As shown in FIG. 29, the dump frame actuator 328 is a non-telescoping hydraulic cylinder with a first end 330 pivotably coupled to the truck chassis 306, and a second end 334 pivotably coupled to a member 396 of the scissors 394. In the illustrated embodiment, the first end 330 generally refers to the base end of the hydraulic cylinder 328. The second end 334 generally refers to the end of the shaft or rod, which, in turn, is engaged with a piston (not shown) within the hydraulic cylinder 328. In other embodiments, however, the first and second ends 330 and 334 may be reversed such that the base end of the actuator cylinder is pivotably coupled to the scissors, and the rod end is pivotably coupled to the vehicle chassis. Yet other embodiments include a dump frame actuator that is not directly connected to the scissors, but instead the dump frame actuator is connected to the dump frame at a different location than the location at which the scissors is connected to the dump frame. In still further embodiments, other types of actuators (e.g., non-hydraulic actuators, pneumatic actuators, electrical actuators, non-cylindrical actuators, telescoping actuators, etc.) can be employed with their first and second ends coupled to the scissors and chassis (or vice versa) or coupled to the dump frame and chassis (or vice versa).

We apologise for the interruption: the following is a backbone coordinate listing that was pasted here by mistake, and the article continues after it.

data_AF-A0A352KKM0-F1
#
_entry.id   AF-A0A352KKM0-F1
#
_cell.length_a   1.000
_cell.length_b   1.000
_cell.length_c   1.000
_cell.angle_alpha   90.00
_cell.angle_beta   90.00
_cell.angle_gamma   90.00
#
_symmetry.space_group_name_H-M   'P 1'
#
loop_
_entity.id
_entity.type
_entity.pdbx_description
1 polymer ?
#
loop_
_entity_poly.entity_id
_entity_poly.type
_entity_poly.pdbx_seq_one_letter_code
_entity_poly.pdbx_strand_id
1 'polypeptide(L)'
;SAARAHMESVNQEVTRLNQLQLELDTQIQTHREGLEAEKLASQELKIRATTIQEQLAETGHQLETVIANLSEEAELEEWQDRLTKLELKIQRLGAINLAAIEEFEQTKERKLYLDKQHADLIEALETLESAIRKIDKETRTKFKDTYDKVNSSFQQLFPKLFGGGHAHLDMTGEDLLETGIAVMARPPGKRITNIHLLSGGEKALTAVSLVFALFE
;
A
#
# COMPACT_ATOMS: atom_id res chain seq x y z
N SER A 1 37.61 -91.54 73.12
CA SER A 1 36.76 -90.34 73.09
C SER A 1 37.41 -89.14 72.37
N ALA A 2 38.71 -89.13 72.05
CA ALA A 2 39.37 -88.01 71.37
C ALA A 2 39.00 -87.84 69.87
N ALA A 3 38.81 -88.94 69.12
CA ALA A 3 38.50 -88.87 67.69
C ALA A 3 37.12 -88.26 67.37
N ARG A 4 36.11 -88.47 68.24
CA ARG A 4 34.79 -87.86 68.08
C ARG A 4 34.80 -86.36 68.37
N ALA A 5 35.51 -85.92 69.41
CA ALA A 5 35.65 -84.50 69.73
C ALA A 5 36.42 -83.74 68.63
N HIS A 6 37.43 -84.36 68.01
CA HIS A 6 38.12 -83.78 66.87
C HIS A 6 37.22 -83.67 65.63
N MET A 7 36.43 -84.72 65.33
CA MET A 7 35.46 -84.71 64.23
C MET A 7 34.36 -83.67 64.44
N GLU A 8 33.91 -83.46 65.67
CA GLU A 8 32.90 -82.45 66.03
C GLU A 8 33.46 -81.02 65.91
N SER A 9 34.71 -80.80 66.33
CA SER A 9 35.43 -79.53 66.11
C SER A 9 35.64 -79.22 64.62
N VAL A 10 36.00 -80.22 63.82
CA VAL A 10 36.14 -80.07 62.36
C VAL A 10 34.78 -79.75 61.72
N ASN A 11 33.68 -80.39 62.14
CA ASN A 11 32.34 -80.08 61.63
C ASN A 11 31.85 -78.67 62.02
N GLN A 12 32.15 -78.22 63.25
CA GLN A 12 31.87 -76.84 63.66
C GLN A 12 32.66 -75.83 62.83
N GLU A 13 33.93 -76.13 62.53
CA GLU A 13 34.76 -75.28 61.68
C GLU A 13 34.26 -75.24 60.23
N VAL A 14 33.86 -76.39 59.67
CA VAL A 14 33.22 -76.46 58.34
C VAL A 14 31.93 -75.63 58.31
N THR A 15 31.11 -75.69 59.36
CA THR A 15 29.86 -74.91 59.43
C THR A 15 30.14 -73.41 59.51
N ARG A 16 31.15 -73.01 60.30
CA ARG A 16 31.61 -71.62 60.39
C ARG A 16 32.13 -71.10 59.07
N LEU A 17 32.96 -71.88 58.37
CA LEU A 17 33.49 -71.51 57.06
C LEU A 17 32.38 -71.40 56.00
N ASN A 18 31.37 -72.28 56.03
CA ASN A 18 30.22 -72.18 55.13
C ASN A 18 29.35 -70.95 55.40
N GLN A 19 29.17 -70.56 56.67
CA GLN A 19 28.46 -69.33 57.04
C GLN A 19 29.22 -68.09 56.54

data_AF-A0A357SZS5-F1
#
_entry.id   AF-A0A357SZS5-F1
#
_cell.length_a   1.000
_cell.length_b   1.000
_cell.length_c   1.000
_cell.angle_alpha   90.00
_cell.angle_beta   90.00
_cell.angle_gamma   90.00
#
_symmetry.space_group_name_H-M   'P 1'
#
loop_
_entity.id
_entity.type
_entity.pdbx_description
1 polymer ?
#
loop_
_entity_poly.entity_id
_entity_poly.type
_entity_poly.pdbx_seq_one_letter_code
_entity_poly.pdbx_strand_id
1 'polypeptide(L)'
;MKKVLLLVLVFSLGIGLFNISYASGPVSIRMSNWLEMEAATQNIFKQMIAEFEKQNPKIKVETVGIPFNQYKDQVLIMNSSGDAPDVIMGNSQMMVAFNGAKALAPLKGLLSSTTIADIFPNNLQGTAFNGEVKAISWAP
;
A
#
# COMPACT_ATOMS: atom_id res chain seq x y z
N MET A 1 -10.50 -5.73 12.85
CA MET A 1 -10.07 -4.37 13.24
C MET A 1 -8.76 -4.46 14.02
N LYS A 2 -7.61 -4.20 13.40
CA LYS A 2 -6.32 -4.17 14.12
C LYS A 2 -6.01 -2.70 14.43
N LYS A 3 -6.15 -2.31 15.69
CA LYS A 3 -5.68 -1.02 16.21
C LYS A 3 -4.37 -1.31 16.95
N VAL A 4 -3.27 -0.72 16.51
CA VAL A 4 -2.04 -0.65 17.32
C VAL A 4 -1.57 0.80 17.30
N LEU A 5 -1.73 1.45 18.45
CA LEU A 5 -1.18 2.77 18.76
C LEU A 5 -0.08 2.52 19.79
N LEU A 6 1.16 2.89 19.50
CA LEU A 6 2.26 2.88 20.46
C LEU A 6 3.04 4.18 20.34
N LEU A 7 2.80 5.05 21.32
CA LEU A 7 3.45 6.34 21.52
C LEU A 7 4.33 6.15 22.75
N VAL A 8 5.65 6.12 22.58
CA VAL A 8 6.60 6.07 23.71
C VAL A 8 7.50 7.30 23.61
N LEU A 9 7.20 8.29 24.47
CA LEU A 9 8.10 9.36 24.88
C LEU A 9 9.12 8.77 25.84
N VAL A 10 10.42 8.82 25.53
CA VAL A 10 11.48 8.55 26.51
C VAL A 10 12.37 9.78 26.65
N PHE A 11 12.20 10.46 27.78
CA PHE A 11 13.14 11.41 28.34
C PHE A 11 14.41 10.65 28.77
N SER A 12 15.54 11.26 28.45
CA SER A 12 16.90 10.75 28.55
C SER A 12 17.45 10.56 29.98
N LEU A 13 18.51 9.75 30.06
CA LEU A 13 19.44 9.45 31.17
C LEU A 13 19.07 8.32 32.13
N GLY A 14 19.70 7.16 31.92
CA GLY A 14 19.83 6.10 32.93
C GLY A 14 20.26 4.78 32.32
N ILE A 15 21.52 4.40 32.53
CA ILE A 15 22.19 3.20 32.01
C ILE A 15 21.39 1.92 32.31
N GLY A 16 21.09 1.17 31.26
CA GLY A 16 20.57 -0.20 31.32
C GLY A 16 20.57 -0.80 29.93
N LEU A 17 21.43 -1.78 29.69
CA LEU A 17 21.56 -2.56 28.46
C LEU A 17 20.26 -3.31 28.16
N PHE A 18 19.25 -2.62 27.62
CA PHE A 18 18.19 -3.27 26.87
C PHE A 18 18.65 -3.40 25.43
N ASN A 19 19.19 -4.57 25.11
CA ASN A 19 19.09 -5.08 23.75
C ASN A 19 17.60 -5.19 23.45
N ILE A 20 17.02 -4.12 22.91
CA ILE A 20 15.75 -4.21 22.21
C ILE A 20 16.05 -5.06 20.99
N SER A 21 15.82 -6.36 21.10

With reference to FIG. 25, the scissors 394 includes an end portion 398 coupled to the dump frame cross member 314. In this embodiment, the pivoting force applied to the dump frame cross member 314 is distributed at least partially along the width of the dump frame cross member 314. This, in turn, provides well-balanced and stable pivoting movement to the apparatus 300. In the illustrated embodiment, the dump frame 304 includes a front cross member 312 that enhances rigidity of the dump frame 304. But the front cross member 312 is not necessary for and may be eliminated in some embodiments, such as when the load for causing pivotal movement of the dump frame is more evenly distributed or spread out relative to the longitudinal dump frame members.